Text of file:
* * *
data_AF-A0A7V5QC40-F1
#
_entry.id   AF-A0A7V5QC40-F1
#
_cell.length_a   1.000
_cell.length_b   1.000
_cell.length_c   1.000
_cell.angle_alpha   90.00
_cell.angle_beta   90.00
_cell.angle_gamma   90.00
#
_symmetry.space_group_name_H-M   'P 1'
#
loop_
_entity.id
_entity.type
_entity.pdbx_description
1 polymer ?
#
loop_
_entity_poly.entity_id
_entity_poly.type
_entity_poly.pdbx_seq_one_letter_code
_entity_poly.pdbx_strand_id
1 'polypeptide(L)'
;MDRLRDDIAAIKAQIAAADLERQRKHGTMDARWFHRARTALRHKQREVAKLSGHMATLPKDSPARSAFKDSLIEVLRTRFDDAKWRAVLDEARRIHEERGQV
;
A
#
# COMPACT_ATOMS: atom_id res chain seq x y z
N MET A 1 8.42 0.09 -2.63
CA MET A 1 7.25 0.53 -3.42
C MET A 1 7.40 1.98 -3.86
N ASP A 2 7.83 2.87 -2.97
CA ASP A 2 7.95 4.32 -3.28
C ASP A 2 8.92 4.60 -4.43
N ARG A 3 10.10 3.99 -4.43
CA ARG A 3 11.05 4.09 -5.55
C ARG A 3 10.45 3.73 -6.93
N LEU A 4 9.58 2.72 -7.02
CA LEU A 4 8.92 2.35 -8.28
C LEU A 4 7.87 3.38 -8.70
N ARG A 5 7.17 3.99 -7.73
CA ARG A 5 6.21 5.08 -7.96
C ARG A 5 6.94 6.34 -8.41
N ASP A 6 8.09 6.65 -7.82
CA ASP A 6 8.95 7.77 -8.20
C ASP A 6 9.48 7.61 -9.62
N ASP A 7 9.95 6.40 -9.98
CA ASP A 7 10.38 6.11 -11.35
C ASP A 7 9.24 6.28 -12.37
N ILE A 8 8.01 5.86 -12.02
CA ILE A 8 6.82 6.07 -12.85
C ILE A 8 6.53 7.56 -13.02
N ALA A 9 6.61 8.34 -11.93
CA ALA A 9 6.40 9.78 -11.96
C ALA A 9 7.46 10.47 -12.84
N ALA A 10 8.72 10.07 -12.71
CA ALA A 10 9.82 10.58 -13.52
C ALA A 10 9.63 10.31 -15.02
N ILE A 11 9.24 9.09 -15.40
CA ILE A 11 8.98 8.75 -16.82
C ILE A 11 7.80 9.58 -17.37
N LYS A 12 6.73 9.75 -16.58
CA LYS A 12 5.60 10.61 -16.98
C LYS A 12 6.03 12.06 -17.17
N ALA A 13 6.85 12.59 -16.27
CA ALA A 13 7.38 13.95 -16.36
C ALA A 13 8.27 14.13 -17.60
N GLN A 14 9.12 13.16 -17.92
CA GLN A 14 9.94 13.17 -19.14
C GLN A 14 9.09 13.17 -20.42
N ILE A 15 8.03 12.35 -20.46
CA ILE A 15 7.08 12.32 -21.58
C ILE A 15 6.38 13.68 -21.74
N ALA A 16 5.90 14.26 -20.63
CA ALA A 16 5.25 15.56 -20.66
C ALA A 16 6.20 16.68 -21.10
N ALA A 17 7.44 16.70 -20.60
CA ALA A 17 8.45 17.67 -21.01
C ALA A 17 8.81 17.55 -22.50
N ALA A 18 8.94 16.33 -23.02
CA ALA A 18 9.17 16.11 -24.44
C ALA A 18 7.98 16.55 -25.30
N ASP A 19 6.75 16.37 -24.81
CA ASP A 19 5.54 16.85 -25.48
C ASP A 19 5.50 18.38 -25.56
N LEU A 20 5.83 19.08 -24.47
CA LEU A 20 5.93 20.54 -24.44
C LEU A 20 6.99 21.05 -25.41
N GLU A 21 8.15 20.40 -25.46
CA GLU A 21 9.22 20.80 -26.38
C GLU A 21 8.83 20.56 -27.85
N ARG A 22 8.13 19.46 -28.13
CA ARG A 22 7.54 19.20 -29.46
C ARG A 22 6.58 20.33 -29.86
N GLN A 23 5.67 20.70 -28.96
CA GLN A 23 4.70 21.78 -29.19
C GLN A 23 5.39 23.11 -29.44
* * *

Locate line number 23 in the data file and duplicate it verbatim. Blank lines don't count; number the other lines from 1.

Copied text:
_entity_poly.pdbx_seq_one_letter_code